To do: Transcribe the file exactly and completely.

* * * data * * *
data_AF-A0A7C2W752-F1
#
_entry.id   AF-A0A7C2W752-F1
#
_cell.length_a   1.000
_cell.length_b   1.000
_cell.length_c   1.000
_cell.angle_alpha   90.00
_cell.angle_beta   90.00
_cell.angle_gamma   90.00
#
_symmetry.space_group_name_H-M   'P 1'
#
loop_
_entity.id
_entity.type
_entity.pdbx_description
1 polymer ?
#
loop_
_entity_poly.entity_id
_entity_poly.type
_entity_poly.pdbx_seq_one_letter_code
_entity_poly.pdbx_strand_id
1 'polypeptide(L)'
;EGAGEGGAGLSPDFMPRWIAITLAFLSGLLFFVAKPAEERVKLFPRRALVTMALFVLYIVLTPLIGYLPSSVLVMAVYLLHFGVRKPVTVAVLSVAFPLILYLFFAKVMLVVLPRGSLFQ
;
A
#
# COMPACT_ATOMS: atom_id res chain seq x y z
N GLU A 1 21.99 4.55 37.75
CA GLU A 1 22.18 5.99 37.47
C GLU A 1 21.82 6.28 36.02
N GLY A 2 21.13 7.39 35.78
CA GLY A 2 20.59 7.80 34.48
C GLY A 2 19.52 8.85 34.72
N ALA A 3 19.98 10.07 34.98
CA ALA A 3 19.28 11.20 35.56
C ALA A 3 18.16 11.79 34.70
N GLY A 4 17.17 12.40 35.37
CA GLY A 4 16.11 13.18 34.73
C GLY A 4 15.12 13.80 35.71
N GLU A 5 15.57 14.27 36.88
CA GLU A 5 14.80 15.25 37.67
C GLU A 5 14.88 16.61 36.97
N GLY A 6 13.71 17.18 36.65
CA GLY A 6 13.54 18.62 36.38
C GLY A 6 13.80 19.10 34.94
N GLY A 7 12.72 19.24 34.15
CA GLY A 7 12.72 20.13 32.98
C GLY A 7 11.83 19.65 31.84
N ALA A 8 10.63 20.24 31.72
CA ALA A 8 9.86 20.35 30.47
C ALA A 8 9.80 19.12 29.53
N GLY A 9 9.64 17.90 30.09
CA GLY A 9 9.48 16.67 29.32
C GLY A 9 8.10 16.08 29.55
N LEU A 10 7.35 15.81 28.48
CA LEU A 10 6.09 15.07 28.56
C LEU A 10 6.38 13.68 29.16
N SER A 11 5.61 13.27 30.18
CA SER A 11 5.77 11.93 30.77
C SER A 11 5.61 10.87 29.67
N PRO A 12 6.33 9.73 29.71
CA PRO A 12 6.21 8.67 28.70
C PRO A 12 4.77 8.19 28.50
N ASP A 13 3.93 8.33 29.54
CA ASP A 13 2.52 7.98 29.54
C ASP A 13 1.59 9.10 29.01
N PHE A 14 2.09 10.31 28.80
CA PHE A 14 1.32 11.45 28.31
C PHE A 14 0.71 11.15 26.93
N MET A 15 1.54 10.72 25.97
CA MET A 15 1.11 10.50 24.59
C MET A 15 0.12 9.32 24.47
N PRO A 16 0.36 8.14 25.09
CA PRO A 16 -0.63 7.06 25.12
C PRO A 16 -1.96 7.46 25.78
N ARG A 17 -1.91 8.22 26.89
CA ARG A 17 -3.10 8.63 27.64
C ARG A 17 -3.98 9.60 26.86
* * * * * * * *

data_AF-A0A7C2W752-F1
#
_entry.id   AF-A0A7C2W752-F1
#
_cell.length_a   1.000
_cell.length_b   1.000
_cell.length_c   1.000
_cell.angle_alpha   90.00
_cell.angle_beta   90.00
_cell.angle_gamma   90.00
#
_symmetry.space_group_name_H-M   'P 1'
#
loop_
_entity.id
_entity.type
_entity.pdbx_description
1 polymer ?
#
loop_
_entity_poly.entity_id
_entity_poly.type
_entity_poly.pdbx_seq_one_letter_code
_entity_poly.pdbx_strand_id
1 'polypeptide(L)'
;EGAGEGGAGLSPDFMPRWIAITLAFLSGLLFFVAKPAEERVKLFPRRALVTMALFVLYIVLTPLIGYLPSSVLVMAVYLLHFGVRKPVTVAVLSVAFPLILYLFFAKVMLVVLPRGSLFQ
;
A
#
# COMPACT_ATOMS: atom_id res chain seq x y z
N GLU A 1 21.99 4.55 37.75
CA GLU A 1 22.18 5.99 37.47
C GLU A 1 21.82 6.28 36.02
N GLY A 2 21.13 7.39 35.78
CA GLY A 2 20.59 7.80 34.48
C GLY A 2 19.52 8.85 34.72
N ALA A 3 19.98 10.07 34.98
CA ALA A 3 19.28 11.20 35.56
C ALA A 3 18.16 11.79 34.70
N GLY A 4 17.17 12.40 35.37
CA GLY A 4 16.11 13.18 34.73
C GLY A 4 15.12 13.80 35.71
N GLU A 5 15.57 14.27 36.88
CA GLU A 5 14.80 15.25 37.67
C GLU A 5 14.88 16.61 36.97
N GLY A 6 13.71 17.18 36.65
CA GLY A 6 13.54 18.62 36.38
C GLY A 6 13.80 19.10 34.94
N GLY A 7 12.72 19.24 34.15
CA GLY A 7 12.72 20.13 32.98
C GLY A 7 11.83 19.65 31.84
N ALA A 8 10.63 20.24 31.72
CA ALA A 8 9.86 20.35 30.47
C ALA A 8 9.80 19.12 29.53
N GLY A 9 9.64 17.90 30.09
CA GLY A 9 9.48 16.67 29.32
C GLY A 9 8.10 16.08 29.55
N LEU A 10 7.35 15.81 28.48
CA LEU A 10 6.09 15.07 28.56
C LEU A 10 6.38 13.68 29.16
N SER A 11 5.61 13.27 30.18
CA SER A 11 5.77 11.93 30.77
C SER A 11 5.61 10.87 29.67
N PRO A 12 6.33 9.73 29.71
CA PRO A 12 6.21 8.67 28.70
C PRO A 12 4.77 8.19 28.50
N ASP A 13 3.93 8.33 29.54
CA ASP A 13 2.52 7.98 29.54
C ASP A 13 1.59 9.10 29.01
N PHE A 14 2.09 10.31 28.80
CA PHE A 14 1.32 11.45 28.31
C PHE A 14 0.71 11.15 26.93
N MET A 15 1.54 10.72 25.97
CA MET A 15 1.11 10.50 24.59
C MET A 15 0.12 9.32 24.47
N PRO A 16 0.36 8.14 25.09
CA PRO A 16 -0.63 7.06 25.12
C PRO A 16 -1.96 7.46 25.78
N ARG A 17 -1.91 8.22 26.89
CA ARG A 17 -3.10 8.63 27.64
C ARG A 17 -3.98 9.60 26.86